Do they   work?  Or is empirical evidence in short supply?


It is often assumed that new technologies will massively improve what happens in the classroom, and  the learning environment and experience of pupils . Give pupils a lap top or ipad and their learning experience will be much better for it. But what exactly ,asks Larry Cuban of Stanford University,  is the pressing or important problem to which an iPad is the solution? Asking that  pretty basic question first uncovers, he says, the confused set of purposes that surround buying and using high-tech devices in classrooms. Here are some reasons given by educators  to Cuban about how technology improves learning   :

*These devices will motivate students to work harder, gain more knowledge and skills, and be engaged in schooling. Engaged students will achieve higher grades. When the  Auburn (ME)  school board authorized the purchase of  iPads for kindergartners, their leaders assured them that reading scores would rise.

*Students will be prepared for an information-driven labour market. Or as one superintendent put it: “Students have to have digital competence, and to be competent, you have to have access. Using current-day technology should be a normal part of what we do. We need to close the gap between schools, education and the real world.”

*High-tech devices will erase the gap in access to knowledge that exists between poor and wealthy. The superintendent who bought 6,000 iPads said:  “It’s an equalizer. There’s no difference in learning advantage from the poorest to the most affluent.”

*Using laptops and tablets will transform traditional teaching. Etc..

The use of technology, apparently, is the answer then to all sorts of education challenges. Or is it? Where exactly is the evidence in support of this proposition and the various associated claims? Cuban reminds us, for example, that research clearly shows that certain practices do, indeed, “work.” Take pre-school education. Study after study done on three and four year-olds who were in preschool programmes and their progress through schools and into adulthood show short- and long-term gains in academic achievement, earnings, and other behaviours . But ,when  it comes to research supporting major purchases of laptops, tablets, and similar devices, such a cumulative body of evidence is ‘missing-in-action’, claims  Cuban.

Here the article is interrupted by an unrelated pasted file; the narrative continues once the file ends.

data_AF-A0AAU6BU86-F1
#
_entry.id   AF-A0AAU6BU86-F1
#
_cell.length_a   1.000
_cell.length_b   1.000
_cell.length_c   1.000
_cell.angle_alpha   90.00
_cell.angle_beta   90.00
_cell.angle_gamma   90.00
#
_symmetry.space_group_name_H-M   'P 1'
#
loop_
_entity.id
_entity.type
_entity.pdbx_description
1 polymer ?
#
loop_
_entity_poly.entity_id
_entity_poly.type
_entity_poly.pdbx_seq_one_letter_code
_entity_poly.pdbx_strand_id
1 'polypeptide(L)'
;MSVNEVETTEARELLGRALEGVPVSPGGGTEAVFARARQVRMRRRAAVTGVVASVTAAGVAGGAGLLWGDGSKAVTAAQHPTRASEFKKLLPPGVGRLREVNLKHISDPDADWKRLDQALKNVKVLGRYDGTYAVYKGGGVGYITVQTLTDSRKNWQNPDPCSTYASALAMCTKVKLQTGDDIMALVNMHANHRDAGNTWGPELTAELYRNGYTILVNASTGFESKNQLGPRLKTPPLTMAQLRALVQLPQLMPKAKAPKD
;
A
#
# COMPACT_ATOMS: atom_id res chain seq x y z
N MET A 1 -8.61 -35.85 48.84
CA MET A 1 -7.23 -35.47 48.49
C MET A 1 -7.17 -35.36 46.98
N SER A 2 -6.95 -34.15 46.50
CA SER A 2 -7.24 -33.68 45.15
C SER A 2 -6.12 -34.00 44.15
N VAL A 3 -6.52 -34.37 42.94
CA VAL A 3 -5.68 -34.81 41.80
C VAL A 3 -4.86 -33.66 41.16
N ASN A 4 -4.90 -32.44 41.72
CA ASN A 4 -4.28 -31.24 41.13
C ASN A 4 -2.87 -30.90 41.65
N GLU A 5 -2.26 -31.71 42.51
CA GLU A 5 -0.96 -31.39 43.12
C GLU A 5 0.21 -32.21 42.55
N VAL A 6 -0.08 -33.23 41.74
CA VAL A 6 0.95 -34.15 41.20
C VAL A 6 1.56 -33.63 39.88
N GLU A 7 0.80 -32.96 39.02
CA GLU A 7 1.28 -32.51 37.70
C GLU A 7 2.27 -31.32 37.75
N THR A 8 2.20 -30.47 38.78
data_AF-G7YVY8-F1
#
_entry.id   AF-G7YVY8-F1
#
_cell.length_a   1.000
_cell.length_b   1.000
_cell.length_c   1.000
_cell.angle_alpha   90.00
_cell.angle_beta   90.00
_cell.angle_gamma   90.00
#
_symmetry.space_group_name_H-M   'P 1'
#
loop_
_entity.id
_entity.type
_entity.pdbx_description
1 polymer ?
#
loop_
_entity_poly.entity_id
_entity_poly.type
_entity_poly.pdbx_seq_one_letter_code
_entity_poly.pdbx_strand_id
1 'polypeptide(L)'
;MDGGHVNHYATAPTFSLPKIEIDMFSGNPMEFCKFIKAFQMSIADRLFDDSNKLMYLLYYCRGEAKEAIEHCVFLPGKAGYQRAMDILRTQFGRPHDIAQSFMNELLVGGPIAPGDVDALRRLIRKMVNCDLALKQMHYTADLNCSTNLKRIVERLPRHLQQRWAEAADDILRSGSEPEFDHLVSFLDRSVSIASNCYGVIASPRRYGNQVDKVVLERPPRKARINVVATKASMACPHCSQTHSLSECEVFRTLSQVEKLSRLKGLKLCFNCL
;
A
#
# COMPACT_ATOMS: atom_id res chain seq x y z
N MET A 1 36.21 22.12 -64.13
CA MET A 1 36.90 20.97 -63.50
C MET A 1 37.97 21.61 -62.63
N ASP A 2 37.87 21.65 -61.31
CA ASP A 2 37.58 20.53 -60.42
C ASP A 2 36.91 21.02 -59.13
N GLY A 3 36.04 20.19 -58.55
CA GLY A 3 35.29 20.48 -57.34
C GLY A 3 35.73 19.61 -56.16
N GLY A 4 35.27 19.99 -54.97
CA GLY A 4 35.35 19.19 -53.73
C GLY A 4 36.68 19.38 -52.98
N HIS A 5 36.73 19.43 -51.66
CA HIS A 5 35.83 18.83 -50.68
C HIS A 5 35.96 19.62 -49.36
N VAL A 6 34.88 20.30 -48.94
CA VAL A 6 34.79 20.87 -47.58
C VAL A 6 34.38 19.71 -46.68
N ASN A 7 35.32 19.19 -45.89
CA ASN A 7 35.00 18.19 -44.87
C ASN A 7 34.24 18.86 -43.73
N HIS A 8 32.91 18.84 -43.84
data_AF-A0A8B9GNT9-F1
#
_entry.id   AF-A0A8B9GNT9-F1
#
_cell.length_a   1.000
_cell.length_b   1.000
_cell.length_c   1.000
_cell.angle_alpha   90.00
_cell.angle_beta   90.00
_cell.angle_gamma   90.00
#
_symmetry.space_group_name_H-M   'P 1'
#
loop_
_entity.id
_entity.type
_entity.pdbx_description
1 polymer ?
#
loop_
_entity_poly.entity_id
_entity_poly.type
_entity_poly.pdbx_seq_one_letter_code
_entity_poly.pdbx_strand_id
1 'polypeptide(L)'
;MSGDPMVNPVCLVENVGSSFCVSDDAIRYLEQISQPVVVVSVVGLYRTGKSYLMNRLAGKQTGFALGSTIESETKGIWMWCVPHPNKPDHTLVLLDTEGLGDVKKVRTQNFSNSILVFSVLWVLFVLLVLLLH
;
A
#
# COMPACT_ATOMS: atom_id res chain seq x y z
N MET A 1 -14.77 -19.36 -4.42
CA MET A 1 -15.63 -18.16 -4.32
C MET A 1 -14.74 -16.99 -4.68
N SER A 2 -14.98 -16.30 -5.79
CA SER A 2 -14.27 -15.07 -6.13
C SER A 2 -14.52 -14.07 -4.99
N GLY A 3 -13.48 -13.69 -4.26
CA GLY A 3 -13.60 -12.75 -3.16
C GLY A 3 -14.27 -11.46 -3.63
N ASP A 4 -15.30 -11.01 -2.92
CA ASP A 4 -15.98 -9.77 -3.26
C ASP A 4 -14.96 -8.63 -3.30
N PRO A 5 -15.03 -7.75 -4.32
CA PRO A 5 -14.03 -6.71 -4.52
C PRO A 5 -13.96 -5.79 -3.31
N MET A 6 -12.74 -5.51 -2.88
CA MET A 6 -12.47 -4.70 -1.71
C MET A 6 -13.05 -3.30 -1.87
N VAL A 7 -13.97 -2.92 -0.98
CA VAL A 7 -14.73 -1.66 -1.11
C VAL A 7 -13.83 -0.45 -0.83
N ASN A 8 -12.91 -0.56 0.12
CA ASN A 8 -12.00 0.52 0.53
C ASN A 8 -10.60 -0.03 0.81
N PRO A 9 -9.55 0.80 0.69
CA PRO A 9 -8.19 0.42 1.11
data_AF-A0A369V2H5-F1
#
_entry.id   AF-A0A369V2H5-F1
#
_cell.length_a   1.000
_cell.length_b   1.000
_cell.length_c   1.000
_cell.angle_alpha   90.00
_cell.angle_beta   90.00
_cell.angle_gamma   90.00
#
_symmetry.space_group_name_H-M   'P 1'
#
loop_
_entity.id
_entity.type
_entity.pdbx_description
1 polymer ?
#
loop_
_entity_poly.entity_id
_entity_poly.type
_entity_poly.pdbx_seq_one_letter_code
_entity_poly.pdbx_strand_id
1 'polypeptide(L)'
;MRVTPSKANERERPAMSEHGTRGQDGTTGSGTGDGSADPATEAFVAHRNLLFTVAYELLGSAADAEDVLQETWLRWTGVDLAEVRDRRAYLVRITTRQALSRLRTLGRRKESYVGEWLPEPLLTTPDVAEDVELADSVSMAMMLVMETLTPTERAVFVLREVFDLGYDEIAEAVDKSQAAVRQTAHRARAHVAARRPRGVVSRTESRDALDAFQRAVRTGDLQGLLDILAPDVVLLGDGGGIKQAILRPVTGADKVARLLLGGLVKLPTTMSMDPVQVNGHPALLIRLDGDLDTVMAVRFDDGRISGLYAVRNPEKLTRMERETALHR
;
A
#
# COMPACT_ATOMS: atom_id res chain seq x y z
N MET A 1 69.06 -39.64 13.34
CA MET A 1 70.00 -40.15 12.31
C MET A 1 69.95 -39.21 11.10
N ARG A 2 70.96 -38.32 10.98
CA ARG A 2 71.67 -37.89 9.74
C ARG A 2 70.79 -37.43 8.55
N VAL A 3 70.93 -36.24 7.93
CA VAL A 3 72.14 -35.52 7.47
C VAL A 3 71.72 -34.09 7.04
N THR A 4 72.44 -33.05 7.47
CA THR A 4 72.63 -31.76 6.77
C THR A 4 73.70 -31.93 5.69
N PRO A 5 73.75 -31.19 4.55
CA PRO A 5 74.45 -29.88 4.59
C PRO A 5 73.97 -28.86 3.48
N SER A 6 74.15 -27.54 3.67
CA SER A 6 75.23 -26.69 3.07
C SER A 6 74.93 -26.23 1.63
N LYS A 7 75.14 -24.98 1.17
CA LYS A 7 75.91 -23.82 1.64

Occasional studies that do show promising results for new technologies are, according to Cuban, dragged in to cover the near nakedness of research, much like a fig leaf, to justify the high costs of these new devices in the face of little evidence. The fact remains that no one knows for sure whether the new hardware and software appearing in schools works.

So, if this is the case-why such an investment in new technology? Cubans explanation is   to do  pretty much with politics.  He says ‘school boards and superintendents also buy high-tech devices because they want to be seen as technologically innovative and ahead of other districts. In this culture, the value of technology is equal to social and economic progress. Because school boards are completely dependent upon the political support of their parents, taxpayers, and voters to fund annual budgets, being seen as ahead of the game in technology garners public support. Not to adopt new technologies, even when funds are short, means that district leaders are failing their students and against progress.’

I must admit to being baffled about the ipad fad-given that it is difficult to work on and far inferior in performance to mini-laptops if you want internet access and speed. A triumph of design and marketing  over substance.

It does seem that Cuban makes a compelling case-policy and practice should be informed by robust up to date evidence.  But it is also true that our youth are highly proficient in the use of new technologies, and, crucially, enjoy working with them and they allow  for , self-evidently, greater  personalisation of learning and for learners to take more ownership of their learning and to work with greater independence but also to work within networked teams with a global outlook,  all of which must be positive. So why is evidence in support of such  new technologies in the classroom  so  very hard to come by?



  1. The longer I’ver worked in this field, the more I realise that even the most sophisticated bit of kit (the costly shiny things so often described as “cool” by middle aged men who should know better) are no different in any sense from a pencil, in the hands of a child.

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